Motorcycle Helmet Laws: What You Need To Know
Motorcycle riders are some the most vulnerable people on the roads today. High speed accidents can be fatal to motorcyclists, even when car and truck occupants only sustain minimal injuries. Wearing a helmet can significantly reduce the possibility of a severe head injury, resulting in brain trauma or death. In fact, the likelihood that a motorcyclist will suffer a brain injury is tripled when he/she doesn’t wear a helmet. For that reason, many states require motorcycle riders — both drivers and passengers — to wear protective headgear.
Mandatory Helmet Laws Are For Your Own Protection
By enacting mandatory helmet laws, most states are only trying to protect motorcyclists and save lives. Some laws are very liberal, only requiring a face shield or goggles; other states have laws that place greater emphasis on the need to protect the cranium from impacts. The most common laws require the wearing of an approved helmet and that simple measure has already shown a reduction in the number of head injuries suffered as a result of motorcycle accidents.
Many motorcycle enthusiasts have rejected the laws — some even challenging them in court. In those cases, motorcyclists have argued that the laws themselves are unconstitutional, but the concept of requiring head protection has been upheld throughout those states in which the laws have been enacted.
Regardless of what the courts say, many motorcyclists take it as a personal decision. While many see the wisdom in following the law, others choose to ride without head protection of any kind. In those circumstances, the financial risks are as heavy as the dangers to one’s own safety. Violating the law and not wearing a helmet could have an impact on a personal injury case, should you be involved in an accident.
How Your Decision Not To Wear A Helmet Affects Your Rights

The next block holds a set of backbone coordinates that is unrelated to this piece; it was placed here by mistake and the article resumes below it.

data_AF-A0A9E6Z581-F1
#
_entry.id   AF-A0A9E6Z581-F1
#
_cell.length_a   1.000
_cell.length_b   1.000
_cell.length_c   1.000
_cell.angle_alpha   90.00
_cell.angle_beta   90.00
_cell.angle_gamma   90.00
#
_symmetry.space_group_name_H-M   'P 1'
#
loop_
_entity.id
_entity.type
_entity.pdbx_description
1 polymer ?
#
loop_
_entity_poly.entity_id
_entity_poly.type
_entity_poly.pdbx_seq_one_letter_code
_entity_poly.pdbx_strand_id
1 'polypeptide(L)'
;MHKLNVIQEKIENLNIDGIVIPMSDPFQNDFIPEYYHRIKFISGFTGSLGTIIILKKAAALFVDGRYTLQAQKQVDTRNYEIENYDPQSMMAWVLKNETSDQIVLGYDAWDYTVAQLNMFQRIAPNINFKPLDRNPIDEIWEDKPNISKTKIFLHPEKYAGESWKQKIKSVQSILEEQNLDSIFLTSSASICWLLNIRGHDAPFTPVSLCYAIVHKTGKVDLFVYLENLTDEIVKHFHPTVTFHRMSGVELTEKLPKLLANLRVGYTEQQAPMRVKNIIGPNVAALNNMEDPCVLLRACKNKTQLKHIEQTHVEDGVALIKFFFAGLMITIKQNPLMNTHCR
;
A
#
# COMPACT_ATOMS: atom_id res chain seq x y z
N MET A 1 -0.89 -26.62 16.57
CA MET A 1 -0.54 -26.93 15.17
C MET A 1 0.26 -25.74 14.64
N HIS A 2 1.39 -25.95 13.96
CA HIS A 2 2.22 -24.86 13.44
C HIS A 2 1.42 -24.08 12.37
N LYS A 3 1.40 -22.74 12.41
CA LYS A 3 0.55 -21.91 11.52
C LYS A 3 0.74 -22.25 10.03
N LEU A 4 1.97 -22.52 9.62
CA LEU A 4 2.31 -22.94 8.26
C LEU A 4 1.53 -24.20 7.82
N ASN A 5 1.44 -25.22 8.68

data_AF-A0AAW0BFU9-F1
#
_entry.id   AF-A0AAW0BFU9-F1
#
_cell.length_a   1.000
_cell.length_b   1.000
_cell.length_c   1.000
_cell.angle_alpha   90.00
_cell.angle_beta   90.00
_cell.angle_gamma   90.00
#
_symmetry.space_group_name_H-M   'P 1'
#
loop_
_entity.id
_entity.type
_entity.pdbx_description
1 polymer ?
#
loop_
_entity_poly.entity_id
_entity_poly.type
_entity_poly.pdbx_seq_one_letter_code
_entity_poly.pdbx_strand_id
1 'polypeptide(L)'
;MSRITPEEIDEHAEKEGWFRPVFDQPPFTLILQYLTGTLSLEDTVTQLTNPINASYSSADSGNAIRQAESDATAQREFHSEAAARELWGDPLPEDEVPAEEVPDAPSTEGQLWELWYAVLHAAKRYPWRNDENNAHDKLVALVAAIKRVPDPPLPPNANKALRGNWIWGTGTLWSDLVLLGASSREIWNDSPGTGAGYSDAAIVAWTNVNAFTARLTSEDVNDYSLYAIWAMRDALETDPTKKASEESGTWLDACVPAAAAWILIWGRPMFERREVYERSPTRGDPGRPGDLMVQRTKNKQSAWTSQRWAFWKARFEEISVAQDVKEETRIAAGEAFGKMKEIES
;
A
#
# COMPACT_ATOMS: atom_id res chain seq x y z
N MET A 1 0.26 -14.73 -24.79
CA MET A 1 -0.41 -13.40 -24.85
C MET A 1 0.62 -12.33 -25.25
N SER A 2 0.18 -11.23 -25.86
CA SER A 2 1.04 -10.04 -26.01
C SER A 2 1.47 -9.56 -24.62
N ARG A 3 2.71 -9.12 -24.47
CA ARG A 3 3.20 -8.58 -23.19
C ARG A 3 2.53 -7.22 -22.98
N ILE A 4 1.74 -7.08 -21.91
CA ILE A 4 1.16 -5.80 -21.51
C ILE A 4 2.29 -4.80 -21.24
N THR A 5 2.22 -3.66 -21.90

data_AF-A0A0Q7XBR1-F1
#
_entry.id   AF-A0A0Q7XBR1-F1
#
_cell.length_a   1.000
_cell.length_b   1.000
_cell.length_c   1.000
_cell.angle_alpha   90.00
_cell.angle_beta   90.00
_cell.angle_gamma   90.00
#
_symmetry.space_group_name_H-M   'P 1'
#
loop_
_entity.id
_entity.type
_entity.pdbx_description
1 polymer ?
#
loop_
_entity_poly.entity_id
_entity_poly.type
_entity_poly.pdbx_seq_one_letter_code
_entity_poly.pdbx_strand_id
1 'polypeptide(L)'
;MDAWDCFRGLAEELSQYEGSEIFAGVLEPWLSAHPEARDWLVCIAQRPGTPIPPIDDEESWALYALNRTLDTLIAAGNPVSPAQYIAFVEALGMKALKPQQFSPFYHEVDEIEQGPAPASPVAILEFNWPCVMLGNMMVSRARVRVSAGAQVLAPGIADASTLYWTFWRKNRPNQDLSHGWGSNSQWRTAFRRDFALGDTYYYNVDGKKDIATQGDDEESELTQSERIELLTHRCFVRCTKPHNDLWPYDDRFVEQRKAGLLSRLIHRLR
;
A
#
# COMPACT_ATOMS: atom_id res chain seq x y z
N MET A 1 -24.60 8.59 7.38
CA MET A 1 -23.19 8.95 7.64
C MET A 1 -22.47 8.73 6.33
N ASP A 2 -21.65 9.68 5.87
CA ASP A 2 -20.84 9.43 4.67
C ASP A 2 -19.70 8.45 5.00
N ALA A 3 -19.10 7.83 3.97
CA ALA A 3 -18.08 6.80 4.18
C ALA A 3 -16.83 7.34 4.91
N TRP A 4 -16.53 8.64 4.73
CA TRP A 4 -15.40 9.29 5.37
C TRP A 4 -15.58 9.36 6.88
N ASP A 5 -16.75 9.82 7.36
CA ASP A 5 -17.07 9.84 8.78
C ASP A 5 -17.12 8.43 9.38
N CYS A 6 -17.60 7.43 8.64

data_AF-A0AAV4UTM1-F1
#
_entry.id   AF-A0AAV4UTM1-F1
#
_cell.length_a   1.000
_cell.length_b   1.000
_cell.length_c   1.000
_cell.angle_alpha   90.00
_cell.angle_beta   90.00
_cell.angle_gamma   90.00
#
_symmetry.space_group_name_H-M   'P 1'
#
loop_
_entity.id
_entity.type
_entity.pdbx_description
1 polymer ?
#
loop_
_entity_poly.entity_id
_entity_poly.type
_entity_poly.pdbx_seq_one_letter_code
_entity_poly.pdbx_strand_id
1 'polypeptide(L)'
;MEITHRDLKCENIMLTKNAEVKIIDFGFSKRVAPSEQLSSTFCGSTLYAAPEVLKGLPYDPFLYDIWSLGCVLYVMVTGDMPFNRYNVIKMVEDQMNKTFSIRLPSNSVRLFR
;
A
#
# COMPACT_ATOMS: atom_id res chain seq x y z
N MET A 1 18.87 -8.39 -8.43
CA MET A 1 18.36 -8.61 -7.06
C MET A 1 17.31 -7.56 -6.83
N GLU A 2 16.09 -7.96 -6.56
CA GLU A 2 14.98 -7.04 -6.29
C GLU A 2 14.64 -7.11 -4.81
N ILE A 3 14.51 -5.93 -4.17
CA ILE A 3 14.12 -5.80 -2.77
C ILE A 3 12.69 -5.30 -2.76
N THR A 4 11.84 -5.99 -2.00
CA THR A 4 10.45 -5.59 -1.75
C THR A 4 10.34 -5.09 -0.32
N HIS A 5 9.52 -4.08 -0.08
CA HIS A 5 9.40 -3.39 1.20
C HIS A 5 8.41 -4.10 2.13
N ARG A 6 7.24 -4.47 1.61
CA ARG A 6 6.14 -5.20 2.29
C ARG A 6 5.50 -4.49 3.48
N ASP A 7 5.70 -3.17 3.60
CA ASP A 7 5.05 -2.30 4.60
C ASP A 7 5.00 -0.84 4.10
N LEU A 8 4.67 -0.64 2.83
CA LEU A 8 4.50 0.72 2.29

Ultimately, whether or not you wear a helmet is up to you, but before making that decision, you may want to consider the legal consequences of not wearing a helmet. We already know that wearing a helmet can significantly reduce your chance of a serious head injury and that’s something that can affect a personal injury case, should circumstances lead to a legal battle.
Even in states that don’t require the use of a helmet, while operating a motorcycle, the fact that the rider wasn’t wearing one could affect the outcome of the case. In a personal injury case, the defendant may raise the point that a helmet was not worn, suggesting the motorcyclist’s injuries might not have occurred or might have been less severe if he/she had been wearing a helmet. Even if the defendant is be found guilty of partial negligence, the court might find that the plaintiff was also partially negligent by not wearing a helmet.
The situation is further complicated in states or other jurisdictions where wearing a helmet is mandatory. In those courts, the plaintiff may be found to be just as liable as the defendant in causing his injuries. The defense might successfully argue that, had the plaintiff worn the state mandated protective equipment, the injuries would not have occurred. In this event, the court might find that the defendant should not be held liable for medical expenses.
If you’re a motorcyclist and have been involved in an accident, contact a motorcycle accident lawyer at your earliest convenience. An experienced attorney such as the motorbike accident lawyer locals trust may evaluate your case and determine your best course of action.